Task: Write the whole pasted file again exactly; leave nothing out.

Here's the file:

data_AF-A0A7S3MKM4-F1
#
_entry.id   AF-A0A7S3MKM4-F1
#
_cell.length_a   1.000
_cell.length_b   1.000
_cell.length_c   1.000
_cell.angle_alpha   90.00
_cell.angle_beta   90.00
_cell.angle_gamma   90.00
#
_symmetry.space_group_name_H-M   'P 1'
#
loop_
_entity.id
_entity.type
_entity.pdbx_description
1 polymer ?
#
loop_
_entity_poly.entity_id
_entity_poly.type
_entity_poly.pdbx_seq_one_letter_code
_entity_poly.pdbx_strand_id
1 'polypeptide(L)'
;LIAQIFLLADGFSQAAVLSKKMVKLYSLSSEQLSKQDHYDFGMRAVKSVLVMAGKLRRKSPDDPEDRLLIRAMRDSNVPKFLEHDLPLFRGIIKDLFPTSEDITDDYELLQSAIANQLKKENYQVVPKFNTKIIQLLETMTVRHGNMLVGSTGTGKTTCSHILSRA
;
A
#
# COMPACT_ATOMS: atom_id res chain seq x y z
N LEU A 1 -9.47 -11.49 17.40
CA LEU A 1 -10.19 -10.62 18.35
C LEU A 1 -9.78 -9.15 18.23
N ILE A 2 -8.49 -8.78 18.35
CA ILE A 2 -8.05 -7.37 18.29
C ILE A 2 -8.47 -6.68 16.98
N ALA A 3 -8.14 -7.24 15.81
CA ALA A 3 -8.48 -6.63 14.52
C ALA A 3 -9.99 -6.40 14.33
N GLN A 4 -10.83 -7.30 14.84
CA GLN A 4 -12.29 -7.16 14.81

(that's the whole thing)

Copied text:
data_AF-A0A7S3MKM4-F1
#
_entry.id   AF-A0A7S3MKM4-F1
#
_cell.length_a   1.000
_cell.length_b   1.000
_cell.length_c   1.000
_cell.angle_alpha   90.00
_cell.angle_beta   90.00
_cell.angle_gamma   90.00
#
_symmetry.space_group_name_H-M   'P 1'
#
loop_
_entity.id
_entity.type
_entity.pdbx_description
1 polymer ?
#
loop_
_entity_poly.entity_id
_entity_poly.type
_entity_poly.pdbx_seq_one_letter_code
_entity_poly.pdbx_strand_id
1 'polypeptide(L)'
;LIAQIFLLADGFSQAAVLSKKMVKLYSLSSEQLSKQDHYDFGMRAVKSVLVMAGKLRRKSPDDPEDRLLIRAMRDSNVPKFLEHDLPLFRGIIKDLFPTSEDITDDYELLQSAIANQLKKENYQVVPKFNTKIIQLLETMTVRHGNMLVGSTGTGKTTCSHILSRA
;
A
#
# COMPACT_ATOMS: atom_id res chain seq x y z
N LEU A 1 -9.47 -11.49 17.40
CA LEU A 1 -10.19 -10.62 18.35
C LEU A 1 -9.78 -9.15 18.23
N ILE A 2 -8.49 -8.78 18.35
CA ILE A 2 -8.05 -7.37 18.29
C ILE A 2 -8.47 -6.68 16.98
N ALA A 3 -8.14 -7.24 15.81
CA ALA A 3 -8.48 -6.63 14.52
C ALA A 3 -9.99 -6.40 14.33
N GLN A 4 -10.83 -7.30 14.84
CA GLN A 4 -12.29 -7.16 14.81